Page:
Personal Injury -- Plaintiff Law

Personal Injury Fraud

When someone suffers injuries because of someone else’s negligence, they can file a personal injury lawsuit for damages. But when someone falsely claims an injury or exaggerates their damages to get more money, it can be personal injury fraud.

Personal injury fraud is a criminal offense; anyone suspected of fraud can face criminal penalties. If you are pursuing a personal injury claim, have a professional attorney review your case to ensure you don’t accidentally put yourself at risk of criminal charges. Talk to an experienced personal injury attorney for legal advice about your case.

What Is Personal Injury Fraud?

Personal injury is an area of liability law involving accidents caused by negligence. Types of personal injury cases include:

  • Auto accidents
  • Slip and fall
  • Dog bites
  • Bike accidents
  • Product defect injuries
  • Sports injuries
  • Workplace injuries

For example, car accident victims can sue the driver responsible for causing the accident. The other driver or their insurance company may have to pay for any health care, property damage, and other losses caused by the accident.

In a fraudulent personal injury claim, the alleged victim may have coordinated a staged accident, faked a whiplash injury, and inflated claims to defraud the insurance company.

Common Personal Injury Scams

Many types of fake injury claims are used to commit insurance fraud and false claim fraud. In general, these accidents involve presenting misleading injuries and damages. Common types of personal injury scams include:

  • Providing false information to the insurance adjuster
  • Providing false information to medical providers
  • Falsely claiming an injury is work-related
  • Intentionally causing an accident
  • Faking an injury
  • Including fake property in an accident claim

Soft or Hard Insurance Fraud

Soft insurance fraud may involve exaggerating an injury or inflating the damages of an actual injury claim. Some claimants may try to get more money from an insurance claim and justify it by the high cost they pay for insurance premiums.

Hard insurance fraud is generally planned ahead of time. This can include staging a vehicle accident, faking a workplace injury for workers’ compensation, or threatening to sue another driver for money after causing an accident.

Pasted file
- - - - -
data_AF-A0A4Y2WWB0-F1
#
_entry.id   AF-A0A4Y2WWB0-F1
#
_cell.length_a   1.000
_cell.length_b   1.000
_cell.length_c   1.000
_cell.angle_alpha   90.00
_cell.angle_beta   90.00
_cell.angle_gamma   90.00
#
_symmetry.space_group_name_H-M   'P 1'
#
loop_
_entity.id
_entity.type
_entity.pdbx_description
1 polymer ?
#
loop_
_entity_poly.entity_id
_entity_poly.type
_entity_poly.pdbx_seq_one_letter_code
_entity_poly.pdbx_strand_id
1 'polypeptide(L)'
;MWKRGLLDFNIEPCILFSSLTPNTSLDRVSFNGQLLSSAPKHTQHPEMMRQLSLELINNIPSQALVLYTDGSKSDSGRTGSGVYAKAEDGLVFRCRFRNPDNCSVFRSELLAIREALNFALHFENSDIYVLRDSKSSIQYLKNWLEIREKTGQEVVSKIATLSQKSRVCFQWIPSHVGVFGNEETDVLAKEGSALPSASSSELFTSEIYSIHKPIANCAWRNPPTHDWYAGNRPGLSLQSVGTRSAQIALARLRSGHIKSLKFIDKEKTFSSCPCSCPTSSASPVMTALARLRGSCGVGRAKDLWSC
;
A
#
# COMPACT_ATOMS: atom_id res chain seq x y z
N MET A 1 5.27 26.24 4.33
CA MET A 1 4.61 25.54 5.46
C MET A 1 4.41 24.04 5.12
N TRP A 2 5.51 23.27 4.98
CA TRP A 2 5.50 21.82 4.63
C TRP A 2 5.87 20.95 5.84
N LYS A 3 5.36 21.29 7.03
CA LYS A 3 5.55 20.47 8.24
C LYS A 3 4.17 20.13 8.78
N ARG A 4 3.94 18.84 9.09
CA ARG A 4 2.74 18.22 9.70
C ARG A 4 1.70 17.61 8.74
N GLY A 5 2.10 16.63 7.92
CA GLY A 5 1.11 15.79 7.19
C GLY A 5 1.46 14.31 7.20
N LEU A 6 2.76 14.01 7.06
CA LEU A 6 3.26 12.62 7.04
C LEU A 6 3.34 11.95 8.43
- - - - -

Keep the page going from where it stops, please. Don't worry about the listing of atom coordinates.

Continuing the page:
Who Is Involved in Personal Injury Fraud?

Fraudsters in personal injury claims can include multiple parties. A medical provider might be in on the scam to back up any fake injury claims with medical records. The alleged injury victim might have caused the accident. More people may claim they were passengers in the vehicle and suffered injuries, even though they were never at the accident scene.

What Are the Penalties for Personal Injury Fraud?

Many personal injury fraud cases involve insurance fraud when the fake injury victim tries to get money from the insurance company. Other criminal offenses may include common fraud, health care fraud, workers’ compensation fraud, or fraud against the government.

Most personal injury fraud cases fall under state criminal law. The laws and penalties can vary by state. For example, in California, insurance fraud is a felony punishable by up to five years in prison and a $50,000 fine.

Organizing a car accident for a personal injury claim in Florida is a felony punishable by a minimum of two years in prison. A conviction for fraud may also include restitution for any illegal payouts.

The insurance companies or fraud victims could also file a civil claim for damages. A civil lawsuit award can include illegal gains, legal fees, and punitive damages.

How Can You Avoid Personal Injury Fraud?

If you are a driver or property owner, you can be a victim of personal injury fraud. For example, if someone claims an injury happened on your property, you may be liable for their injuries. If you are in an accident, the other driver may claim you caused the accident and try to recover money for injuries.

It can be challenging to tell if someone is falsely claiming injuries for personal injury fraud. But some red flags of fraud can include:

  • No witnesses to the accident
  • Inconsistent statements about the injuries
  • Delays in getting medical care
  • Injuries are not visible
  • The alleged victim refuses an independent medical exam (IME)

You can also help protect yourself by doing the right things after an accident. If you are in a car accident, report the accident to the police as soon as you can. If the police come to the accident scene, they can investigate what happened, identify all parties involved, and produce a police report.

Get contact information from everyone involved, including license plates and witness statements. Use your phone to take photos or video of the accident scene, including any injuries, what the accident looked like, injuries, and vehicle damage. Report the accident to your insurance company as soon as you can.

Reporting Suspected Personal Injury Fraud

You can report fraud to your state fraud bureau if you suspect it. For suspected insurance fraud, call the National Insurance Crime Bureau to report possible fraud. If you are in a personal injury case and believe the other person is lying about their injuries, you can tell your lawyer.

How Should I File My Own Personal Injury Claim?

If you suffer any injuries due to someone else’s negligence, you don’t want to make a mistake and have your claim denied or face fraud accusations.

personal injury attorney can deal with the insurance companies and other parties involved so you can focus on getting better. Be truthful with your attorney about the details of your case, even if you think they don’t reflect well on you.

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